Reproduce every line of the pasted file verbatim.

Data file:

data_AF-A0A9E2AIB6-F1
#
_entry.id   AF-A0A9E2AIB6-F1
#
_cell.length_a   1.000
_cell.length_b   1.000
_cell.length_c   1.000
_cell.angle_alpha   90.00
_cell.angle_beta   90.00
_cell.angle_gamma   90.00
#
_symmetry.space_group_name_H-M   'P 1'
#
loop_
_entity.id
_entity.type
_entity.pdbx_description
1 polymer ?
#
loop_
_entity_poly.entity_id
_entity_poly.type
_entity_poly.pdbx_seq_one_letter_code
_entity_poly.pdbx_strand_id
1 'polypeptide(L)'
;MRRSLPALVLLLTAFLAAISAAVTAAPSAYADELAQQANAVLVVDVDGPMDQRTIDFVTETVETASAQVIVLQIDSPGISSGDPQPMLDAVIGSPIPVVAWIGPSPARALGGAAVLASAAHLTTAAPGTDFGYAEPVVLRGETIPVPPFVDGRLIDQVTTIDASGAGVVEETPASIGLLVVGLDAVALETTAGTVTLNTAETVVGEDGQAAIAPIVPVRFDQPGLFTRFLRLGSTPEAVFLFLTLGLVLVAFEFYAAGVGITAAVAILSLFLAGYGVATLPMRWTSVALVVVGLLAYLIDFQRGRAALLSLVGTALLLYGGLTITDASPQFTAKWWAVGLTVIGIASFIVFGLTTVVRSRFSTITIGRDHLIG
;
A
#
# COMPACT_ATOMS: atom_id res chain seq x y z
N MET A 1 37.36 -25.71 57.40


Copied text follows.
data_AF-A0A9E2AIB6-F1
#
_entry.id   AF-A0A9E2AIB6-F1
#
_cell.length_a   1.000
_cell.length_b   1.000
_cell.length_c   1.000
_cell.angle_alpha   90.00
_cell.angle_beta   90.00
_cell.angle_gamma   90.00
#
_symmetry.space_group_name_H-M   'P 1'
#
loop_
_entity.id
_entity.type
_entity.pdbx_description
1 polymer ?
#
loop_
_entity_poly.entity_id
_entity_poly.type
_entity_poly.pdbx_seq_one_letter_code
_entity_poly.pdbx_strand_id
1 'polypeptide(L)'
;MRRSLPALVLLLTAFLAAISAAVTAAPSAYADELAQQANAVLVVDVDGPMDQRTIDFVTETVETASAQVIVLQIDSPGISSGDPQPMLDAVIGSPIPVVAWIGPSPARALGGAAVLASAAHLTTAAPGTDFGYAEPVVLRGETIPVPPFVDGRLIDQVTTIDASGAGVVEETPASIGLLVVGLDAVALETTAGTVTLNTAETVVGEDGQAAIAPIVPVRFDQPGLFTRFLRLGSTPEAVFLFLTLGLVLVAFEFYAAGVGITAAVAILSLFLAGYGVATLPMRWTSVALVVVGLLAYLIDFQRGRAALLSLVGTALLLYGGLTITDASPQFTAKWWAVGLTVIGIASFIVFGLTTVVRSRFSTITIGRDHLIG
;
A
#
# COMPACT_ATOMS: atom_id res chain seq x y z
N MET A 1 37.36 -25.71 57.40